Massachusetts Dermatology Associates offers its patients on the North Shore, MA proven treatments for acne. We take great pride in customizing our patients’ acne treatments to their unique needs. Click here to learn what Dr. Vlad Ratushny had to say about treating acne in a recent interview.
Frequently Asked Questions (Acne Treatment):
What is acne?
Acne is an extremely common skin condition that mainly affects adolescents but may persist or even become more severe in adulthood. Acne may occur on the face, chest, back and sometimes other areas. Several types of acne spots occur, often at the same time, and include non-inflammatory lesions (comedones) and inflammatory lesions (papules, pustules, and cysts).
What are some general tips that may help my acne that don’t require medication?
- Avoid oily hair products, occlusive items such as hats/bandanas, and frequent touching of face (do not squeeze or pick)
- Irritation from sweat can also be a factor, and patients are encouraged to bathe/shower soon after exercising.
- For females: Avoid make-up or switch to “non-comedogenic” products. If you have an irregular menstrual cycle and/or excessive body hair growth, discuss this with your clinician. These signs may indicate a hormonal imbalance.
What are topical retinoids (tretinoin or adapalene) and how should I use them?
- Topical retinoids are effective in preventing the development of acne lesions. Note that this medication does little for the acne that you have today. You need a prescription from your dermatology provider for tretinoin or adapalene.
- Apply a pea-sized amount to your entire face. Do not use as a spot treatment for individual bumps. In order to reduce irritation, start every other night and increase to nightly (after 2-3 weeks) as your skin adjusts to the new medication. Avoid getting medication into your eyes.
- Cautions / Adverse effects:
- You may experience dryness/irritation and/or a mild flare of acne in the first 1-2 weeks after starting. Continue treatment through this uncomfortable period.
- Apply only at night. Application during the day can lead to photosensitivity.
- Do not use during pregnancy or when attempting to become pregnant.
- Other tips:
- Do not expect results overnight! It takes at least 6-8 weeks to notice improvement using this medication.
- If your skin becomes uncomfortably dry, use CeraVe Moisturizing Lotion several times daily to keep skin hydrated. If skin is still dry/irritated after 2-3 weeks of moisturizing, you may decrease the frequency of tretinoin application from every other day to twice weekly.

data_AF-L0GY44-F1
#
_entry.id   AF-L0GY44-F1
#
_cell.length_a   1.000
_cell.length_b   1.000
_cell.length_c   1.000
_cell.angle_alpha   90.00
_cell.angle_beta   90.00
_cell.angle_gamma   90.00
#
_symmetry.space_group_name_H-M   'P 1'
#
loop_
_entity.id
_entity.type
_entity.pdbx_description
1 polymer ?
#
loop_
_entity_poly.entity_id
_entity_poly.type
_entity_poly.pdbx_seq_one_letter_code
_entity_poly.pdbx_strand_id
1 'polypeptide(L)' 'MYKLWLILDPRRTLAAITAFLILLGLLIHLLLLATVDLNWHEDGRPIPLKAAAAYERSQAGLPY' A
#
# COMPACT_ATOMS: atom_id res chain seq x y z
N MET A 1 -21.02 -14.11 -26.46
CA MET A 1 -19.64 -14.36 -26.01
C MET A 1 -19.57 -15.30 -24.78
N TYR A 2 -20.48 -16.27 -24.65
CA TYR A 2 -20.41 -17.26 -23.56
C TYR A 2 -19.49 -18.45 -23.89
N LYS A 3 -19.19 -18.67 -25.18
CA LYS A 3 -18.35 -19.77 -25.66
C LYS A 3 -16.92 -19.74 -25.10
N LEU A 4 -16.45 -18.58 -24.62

- Expect to stay on medication for a long time (often years).
Why did my doctor recommend benzoyl peroxide, and how should I use it?
- The anti-inflammatory and anti-bacterial properties of this agent make it an important element of your acne regimen. It is especially effective in reducing the number of pustules, nodules and red bumps. You do NOT need a prescription from your dermatology provider for most benzoyl peroxide-containing products.
- Wash: Over-the-counter recommendation (for face): PanOxyl 4% Creamy Wash (or 2.5%, 3.5%, 5% generic wash)
- Wash: Over-the-counter recommendation (for body): PanOxyl 10% Foaming Wash (or 10% generic wash)
- Leave-on product (gel): Over-the-counter recommendation (for face): La Roche-Posay Effaclar Duo OR other generic 5%
- Leave-on product (gel): Over-the-counter recommendation (for body): Any generic 5% or 10% gel
- Instructions for washes:
- Use as a face and/or body wash once or twice daily. After lathering wash with water onto affected area, wait 1-2 minutes before rinsing off. For patients with sensitive skin, start with once daily application for 2-3 weeks and increase to twice daily as tolerated.
- Instructions for leave-on products:
- Apply a very thin film to entire area where you often get acne bumps (not just to individual spots). To cover the entire face with Effaclar Duo, a pea-sized amount is usually sufficient. For patients with sensitive skin, start with once daily application for 2-3 weeks and increase to twice daily as tolerated. The best time for the second application is before dinner in order to avoid interfering with topical retinoid (tretinoin or adapalene) at bedtime. You may also minimize irritation by avoiding application in the creases surrounding your nose and the corners of your mouth.
- Cautions / Adverse effects:
- May cause dry or irritated skin and may bleach towels/clothes
- Other tips:
- If you are starting benzoyl peroxide at the same time as a topical retinoid (tretinoin or adapalene), start the retinoid first. After your skin adjusts to the topical retinoid (often 2-3 weeks), then start the benzoyl peroxide.
- As with tretinoin, it may take your skin a few days to adjust to benzoyl peroxide. If your skin becomes too dry, do not hesitate to use a non-comedogenic moisturizing agent (e.g. CeraVe Moisturizing Lotion) several times daily to keep skin hydrated.
I’ve heard that antibiotics can be helpful for acne. Are there any topical antibiotics that are helpful?
Topical clindamycin or erythromycin are often prescribed for use in acne. These are usually used in conjunction with benzoyl peroxide since use of these agents without benzoyl peroxide often leads to bacterial resistance and sometimes treatment failure. Side effects are minimal and are often limited to slight drying of the face.
I heard that the oral antibiotic doxycycline can be helpful. Is this true? Are there any side effects?
- Like benzoyl peroxide, doxycycline has anti-inflammatory and anti-bacterial properties that help to improve acne and rosacea. It is used commonly in patients with moderate disease (with at least several red, inflammatory acne lesions)
- Take capsules with food and drink as directed by your provider.
- Cautions / Adverse effects: